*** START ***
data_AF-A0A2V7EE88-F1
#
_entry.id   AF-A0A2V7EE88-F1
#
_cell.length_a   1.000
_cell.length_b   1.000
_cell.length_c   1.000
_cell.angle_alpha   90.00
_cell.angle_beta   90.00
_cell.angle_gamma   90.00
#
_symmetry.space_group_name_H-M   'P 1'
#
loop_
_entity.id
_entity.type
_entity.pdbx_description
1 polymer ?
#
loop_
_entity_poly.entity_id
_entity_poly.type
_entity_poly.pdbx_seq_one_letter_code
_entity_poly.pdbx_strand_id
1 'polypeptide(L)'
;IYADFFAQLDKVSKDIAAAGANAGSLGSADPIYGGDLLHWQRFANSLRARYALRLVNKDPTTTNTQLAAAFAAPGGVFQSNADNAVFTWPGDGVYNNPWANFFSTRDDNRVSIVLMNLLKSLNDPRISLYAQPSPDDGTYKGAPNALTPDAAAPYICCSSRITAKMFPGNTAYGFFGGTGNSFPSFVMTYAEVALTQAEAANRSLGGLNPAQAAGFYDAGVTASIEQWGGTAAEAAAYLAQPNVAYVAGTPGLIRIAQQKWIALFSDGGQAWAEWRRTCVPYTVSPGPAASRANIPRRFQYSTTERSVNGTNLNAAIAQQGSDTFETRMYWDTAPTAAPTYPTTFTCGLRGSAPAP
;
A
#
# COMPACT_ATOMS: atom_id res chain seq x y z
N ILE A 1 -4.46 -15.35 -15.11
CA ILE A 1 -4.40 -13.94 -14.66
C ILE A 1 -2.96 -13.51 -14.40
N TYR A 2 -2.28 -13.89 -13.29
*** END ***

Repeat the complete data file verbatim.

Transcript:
data_AF-A0A2V7EE88-F1
#
_entry.id   AF-A0A2V7EE88-F1
#
_cell.length_a   1.000
_cell.length_b   1.000
_cell.length_c   1.000
_cell.angle_alpha   90.00
_cell.angle_beta   90.00
_cell.angle_gamma   90.00
#
_symmetry.space_group_name_H-M   'P 1'
#
loop_
_entity.id
_entity.type
_entity.pdbx_description
1 polymer ?
#
loop_
_entity_poly.entity_id
_entity_poly.type
_entity_poly.pdbx_seq_one_letter_code
_entity_poly.pdbx_strand_id
1 'polypeptide(L)'
;IYADFFAQLDKVSKDIAAAGANAGSLGSADPIYGGDLLHWQRFANSLRARYALRLVNKDPTTTNTQLAAAFAAPGGVFQSNADNAVFTWPGDGVYNNPWANFFSTRDDNRVSIVLMNLLKSLNDPRISLYAQPSPDDGTYKGAPNALTPDAAAPYICCSSRITAKMFPGNTAYGFFGGTGNSFPSFVMTYAEVALTQAEAANRSLGGLNPAQAAGFYDAGVTASIEQWGGTAAEAAAYLAQPNVAYVAGTPGLIRIAQQKWIALFSDGGQAWAEWRRTCVPYTVSPGPAASRANIPRRFQYSTTERSVNGTNLNAAIAQQGSDTFETRMYWDTAPTAAPTYPTTFTCGLRGSAPAP
;
A
#
# COMPACT_ATOMS: atom_id res chain seq x y z
N ILE A 1 -4.46 -15.35 -15.11
CA ILE A 1 -4.40 -13.94 -14.66
C ILE A 1 -2.96 -13.51 -14.40
N TYR A 2 -2.28 -13.89 -13.29